minant of financial wellness as compared to financial
behaviors and stress. Financial literacy only becomes a
significant determinant of financial literacy when indirect
effects are accounted for through other significant
It was also determined that gender, marital status and
education had a weak but significant relationship with
financial wellness. Prior studies proved that gender, mari-
tal status, and education are related to personal financial
wellness (O’Neill, 1995; Porter, 1990; Ross and Huber,
CONCLUSIONS AND IMPLICATIONS
This research used path analysis to reveal an exploratory
framework of the determinants of financial wellness.
Based on a combination of research findings from pre-
vious financial wellness literature, and also the theoretical
relationships observed empirically, this exploratory frame-
work provides further insight into the factors determining
financial wellness. However, these findings are limited by
the nature of the sample and the exploratory nature of the
The framework presented here identified direct effects
and indirect effects on personal financial wellness. Deter-
minants that had either a direct or indirect effect on
financial wellness were financial behaviors, financial
stress level, financial literacy, income, gender, marital
status, home ownership, and education. Age and ethni-
city were found not significantly affect the financial
Consumer and family economists can use the findings
from this exploratory study, especially the empirically
tested exploratory framework in Figure 2, as a guide to
increase the financial wellness of their constituencies. For
example, the data indicated that a person’s financial
wellness can be increased by reducing financial stress
Delafrooz and Paim 10099
levels, improving individual financial behaviors, and
increasing levels of financial literacy.
Consumer educators and financial practitioners can
help consumers increase their financial satisfaction by
changing their financial behaviors. For example, more
than 30% of the respondents in this study never or
seldom pay the bill timely, and more than 70% of the
respondents never or seldom update their bank account
monthly. Also, more than 40% of the respondents never
or seldom use credit card to purchase food. Thus finan-
cial behavioral suggest the need for remedial personal
financial education such education might include
discussions and practice in basic financial skills such as
budgeting, spending, credit usage, savings, and
consumer decision making.
Evidence from this study indicates that the majority of
individuals with medium levels of consumer financial
wellness have consequential, detrimental, and negative
impacts on one’s life at home and work (Garman et al.,
1996). One obvious solution to this situation focuses on
behavioral education in order to assists employees to
better manage their personal finances and improve their
financial well-being (O’Neill et al., 2000; Kim, 2001;
O’Neill et al., 2005). Therefore, financial education at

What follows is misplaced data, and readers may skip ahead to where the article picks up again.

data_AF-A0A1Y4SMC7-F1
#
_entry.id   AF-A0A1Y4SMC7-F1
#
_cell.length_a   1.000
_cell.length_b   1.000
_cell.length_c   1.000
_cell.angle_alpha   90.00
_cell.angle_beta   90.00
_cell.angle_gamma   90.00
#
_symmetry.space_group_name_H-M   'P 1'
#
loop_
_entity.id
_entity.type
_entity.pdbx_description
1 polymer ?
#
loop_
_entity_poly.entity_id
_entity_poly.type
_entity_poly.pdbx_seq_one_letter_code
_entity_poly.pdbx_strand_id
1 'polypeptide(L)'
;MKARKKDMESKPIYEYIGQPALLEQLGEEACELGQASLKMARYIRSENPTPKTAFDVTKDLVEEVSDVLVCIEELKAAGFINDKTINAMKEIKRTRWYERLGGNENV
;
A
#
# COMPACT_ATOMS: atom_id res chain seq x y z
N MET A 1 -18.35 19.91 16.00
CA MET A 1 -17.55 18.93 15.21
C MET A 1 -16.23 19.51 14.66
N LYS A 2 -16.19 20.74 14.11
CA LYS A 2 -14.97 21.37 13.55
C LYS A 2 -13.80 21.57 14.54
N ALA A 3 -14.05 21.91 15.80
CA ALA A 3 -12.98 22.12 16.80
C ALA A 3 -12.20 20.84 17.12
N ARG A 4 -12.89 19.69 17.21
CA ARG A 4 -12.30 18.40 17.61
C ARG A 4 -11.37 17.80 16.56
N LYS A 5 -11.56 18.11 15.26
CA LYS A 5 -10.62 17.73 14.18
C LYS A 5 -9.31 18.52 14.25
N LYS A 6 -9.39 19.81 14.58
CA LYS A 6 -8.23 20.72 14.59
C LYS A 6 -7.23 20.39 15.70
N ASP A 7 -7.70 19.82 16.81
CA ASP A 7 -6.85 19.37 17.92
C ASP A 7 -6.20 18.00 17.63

workplace needs efforts to equipped employee with
appropriate knowledge and skills in financial manage-
ment and ultimately, to increase financial wellness.
The research findings of this study specifically revealed
that individuals who exhibit better financial behaviors tend
to have lower financial stress, and therefore, higher
financial satisfaction. Financial counselors and planners
can acquire useful information through this research.
Workers have financial problems in budgeting, financial
planning, retirement planning, savings, cash manage-
ment, and credit management. Financial counselors and
planners can realize what kind of stressful life events
their clients experience. Therefore they may wish to de-
velop educational programs and/or counseling sessions
in financial stress management. Thus, it is reasonable to
assume that financial education can have a positive
impact on the improvement of financial behaviors, which
in turn will reduce financial stress and increase financial
It was also determined that some demographic charac-
teristics influence financial wellness directly or indirectly.
This finding is different from previous studies, which
suggest that demographic factors have a direct effect on
financial satisfaction. Results from this study suggest that
income and homeownership had positive and greatest
effects on financial wellness directly and indirectly. This
finding is significantly agreeable with results presented in
previous studies that suggest that household income and
housing tenure also have positive impacts on personal
financial wellness (Joo, 1998; Ross and Huber, 1985).
Those who have higher household incomes and are
homeowners tend to demonstrate a higher level of
financial wellness than others (Joo, 1998).
10100 Afr. J. Bus. Manage. Download full-text
Financial education is the single best method available
to be used by consumer sciences researchers, practi-
tioners, educators, and policy makers when taking
intervening steps to improve the financial wellness and
hence overall job productivity of individuals and families
(see also Joo and Grable, 2000).
Findings from this research have important implication
with respect to the need of workplace financial education.
More comprehensive research, investigating broader
population and various workplaces is needed to gene-
ralize the results of this study. Further research could
focus on other components of financial matter such as
saving behavior, financial problem and productivity and
determine which are the most and least critical to
financial success and sustainability.